Liddell Power Station closure to be documented in new series
Sydney's Powerhouse has announced its latest commission, Yesterday New Future (Liddell) by Merilyn Fairskye – a photographic and social history recording of the closure of Liddell Power Station in the Hunter Valley, NSW, which was switched off after 52 years in operation last week.
The plant was owned and operated by AGL, and operated as one of the world’s oldest operating coal-fired power stations. It is set to be converted to a clean energy renewables hub.
Fairskye's work explores the relationships between technology, atomic landscapes and community, and she has photographed nucleur power sites around the world, including Polygon in Kazakhstan, Sellafield in the UK, and Chernobyl in Ukraine.
Fairskye said she was drawn to Liddell as a "microcosm of geological time, human settlement, and industrial transformation," and will examine the central role the plant has played in the local community for over half a century.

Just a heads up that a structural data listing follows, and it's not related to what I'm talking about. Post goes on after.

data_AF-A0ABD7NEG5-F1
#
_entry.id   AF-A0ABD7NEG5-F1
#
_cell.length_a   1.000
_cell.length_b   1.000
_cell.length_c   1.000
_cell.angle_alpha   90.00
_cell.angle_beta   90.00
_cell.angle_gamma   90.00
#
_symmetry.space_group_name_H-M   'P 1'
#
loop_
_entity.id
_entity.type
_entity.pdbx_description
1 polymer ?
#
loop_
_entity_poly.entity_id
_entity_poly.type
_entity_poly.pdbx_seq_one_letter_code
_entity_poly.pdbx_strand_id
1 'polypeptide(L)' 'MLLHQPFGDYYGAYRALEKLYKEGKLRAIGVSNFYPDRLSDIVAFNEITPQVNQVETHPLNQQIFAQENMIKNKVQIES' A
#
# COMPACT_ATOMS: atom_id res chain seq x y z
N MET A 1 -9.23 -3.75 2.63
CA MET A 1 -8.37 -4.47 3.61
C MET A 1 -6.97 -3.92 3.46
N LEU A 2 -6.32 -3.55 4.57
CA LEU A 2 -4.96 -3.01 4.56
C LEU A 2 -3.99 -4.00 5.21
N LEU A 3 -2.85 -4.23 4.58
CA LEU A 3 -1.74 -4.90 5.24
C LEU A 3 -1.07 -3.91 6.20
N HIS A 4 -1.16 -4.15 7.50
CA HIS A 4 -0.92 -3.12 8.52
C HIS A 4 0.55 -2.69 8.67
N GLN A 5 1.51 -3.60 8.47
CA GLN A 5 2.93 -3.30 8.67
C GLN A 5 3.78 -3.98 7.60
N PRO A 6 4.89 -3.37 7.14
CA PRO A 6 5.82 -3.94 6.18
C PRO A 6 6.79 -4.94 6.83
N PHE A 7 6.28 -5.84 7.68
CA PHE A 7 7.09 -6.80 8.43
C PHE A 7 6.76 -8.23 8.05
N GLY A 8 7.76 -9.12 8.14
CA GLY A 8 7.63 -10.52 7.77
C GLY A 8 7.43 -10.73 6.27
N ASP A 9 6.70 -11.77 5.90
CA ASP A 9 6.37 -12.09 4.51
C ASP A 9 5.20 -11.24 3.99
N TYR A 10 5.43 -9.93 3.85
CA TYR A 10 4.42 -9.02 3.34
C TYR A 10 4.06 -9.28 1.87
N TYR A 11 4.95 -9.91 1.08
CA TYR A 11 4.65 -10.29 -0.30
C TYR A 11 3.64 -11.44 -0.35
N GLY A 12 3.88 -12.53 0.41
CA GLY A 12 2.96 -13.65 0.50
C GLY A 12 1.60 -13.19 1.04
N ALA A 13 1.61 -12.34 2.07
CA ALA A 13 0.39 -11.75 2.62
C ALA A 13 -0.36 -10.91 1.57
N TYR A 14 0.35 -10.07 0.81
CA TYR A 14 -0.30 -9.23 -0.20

Through photography and video interviews, Yesterday New Future (Liddell) will document the power station’s buildings, technology and stories of the individuals connected to the site.
Fairskye will produce video and photos as well as interviews with former and current employees of Liddell, local First Nations groups, union members and the local community.
Once complete, her fieldwork will be acquired into the Powerhouse Collection, a reflection of the significance of the closure of the plant.
“Through this work, I will address the place of Liddell as an icon of re-invention, [and] a soon-to-be-rehabilitated landscape with a complex natural and social history,” she says.
Powerhouse Chief Executive Lisa Havilah describes the closure as an important moment in history.
“The story of Liddell echoes the history of the Powerhouse Ultimo site, which operated as a coal-fired power station from 1899 to 1963, before being reimagined as a museum of applied arts and applied sciences in the 1980s."
"As it shifts gears and embraces a more sustainable future, we felt it was essential to document this turning point in the Australian energy industry for the Powerhouse collection,” she says.